Effective estate planning involves stipulating what happens to an individual’s belongings, and making provisions for any loved ones they may leave behind when they die or become incapacitated. Many types of guardianship exist, including those related to pets and children. Child guardianship and pet guardianship both entail appointing one or more individuals to look after the incapacitated or deceased person’s dependents. Understanding guardianships can help individuals make informed decisions as they prepare their estate plans. Learn the best way to appoint child guardianship or pet guardianship and find out how a seasoned and compassionate Florida estate planning and probate attorney can help by phoning Loughlin Law, P.A. at (561) 559-6866.
Understanding Child Guardianship and Pet Guardianship
According to the United States Department of Justice, guardianship refers to the appointment of an entity or individual to make key financial or personal decisions on behalf of another person when that person is not able to make these decisions on their own. This legal process establishes who takes responsibility for caring for an individual’s children or other dependents, such as pets, elderly family members, or other people the person currently cares for, when that person can no longer carry out those responsibilities themselves. After a guardian is appointed, they may assume all care responsibilities, including meeting the dependent’s food, education, medical, housing, and other essential requirements.
Guardianship Responsibilities Explained
A guardian’s exact responsibilities depend on whether they are a guardian of an estate or a of a living being. The former manages an estate’s finances, whereas the latter has custody of a person’s dependents and is responsible for their care. Generally, guardians of the person perform caretaking roles for the individuals under their guardianship when their original caregiver either passes away or becomes incapacitated.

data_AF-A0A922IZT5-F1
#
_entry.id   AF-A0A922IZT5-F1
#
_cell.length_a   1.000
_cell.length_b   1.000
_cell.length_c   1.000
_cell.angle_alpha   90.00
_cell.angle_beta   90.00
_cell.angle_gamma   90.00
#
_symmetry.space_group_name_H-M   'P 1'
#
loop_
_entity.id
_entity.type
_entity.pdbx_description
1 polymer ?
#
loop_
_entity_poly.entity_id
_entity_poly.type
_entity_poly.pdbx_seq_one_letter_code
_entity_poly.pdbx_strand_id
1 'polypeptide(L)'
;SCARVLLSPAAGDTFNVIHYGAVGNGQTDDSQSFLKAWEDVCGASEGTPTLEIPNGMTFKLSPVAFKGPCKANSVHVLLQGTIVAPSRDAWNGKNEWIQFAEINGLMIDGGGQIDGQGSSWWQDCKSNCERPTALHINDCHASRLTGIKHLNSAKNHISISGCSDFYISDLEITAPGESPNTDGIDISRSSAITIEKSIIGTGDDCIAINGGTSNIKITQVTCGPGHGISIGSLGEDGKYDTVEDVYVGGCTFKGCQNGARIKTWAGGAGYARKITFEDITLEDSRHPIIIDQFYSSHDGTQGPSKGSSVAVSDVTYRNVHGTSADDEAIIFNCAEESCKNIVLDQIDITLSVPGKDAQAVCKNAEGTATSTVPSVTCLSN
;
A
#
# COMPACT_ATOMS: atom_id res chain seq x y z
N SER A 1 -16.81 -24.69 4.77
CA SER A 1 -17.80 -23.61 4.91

Guardians of all kinds share a fiduciary duty to act in the interests of those they care for, and they often make key decisions on behalf of their dependents concerning their health care, financial issues, legal matters, and other personal affairs.
What Are the Different Types of Guardians?
The documents appointing a guardian may be tailored to indicate the parameters of the guardianship. The three main types of guardianship include the following:
- Full guardianship: These guardians have full responsibility for another individual and can make all of their decisions.
- Limited guardianship: This category refers to guardians who are only responsible for a selection of an individual’s needs, such as their health care or managing their finances.
- Joint guardianship: For this kind of guardianship, there are multiple guardians appointed.
These three broad categories encompass the extent of a guardian’s responsibility. Each of them can be applied to a variety of more specific circumstances, depending to a large extent on the person or estate for whom the guardian is responsible:
- Elderly guardianship: Such guardianships involve caring for elderly people who can no longer look after themselves.
- Minor guardianship: These guardians care for children and meet their basic needs and often make financial decisions on the minor’s behalf.
- Adult guardianship: Similar to elderly guardianships, but often apply to severely disabled individuals requiring an individual to care for them and make their key decisions.
- Medical guardianship: These guardians, often court-appointed, make health care decisions on behalf of another person when they become incapacitated.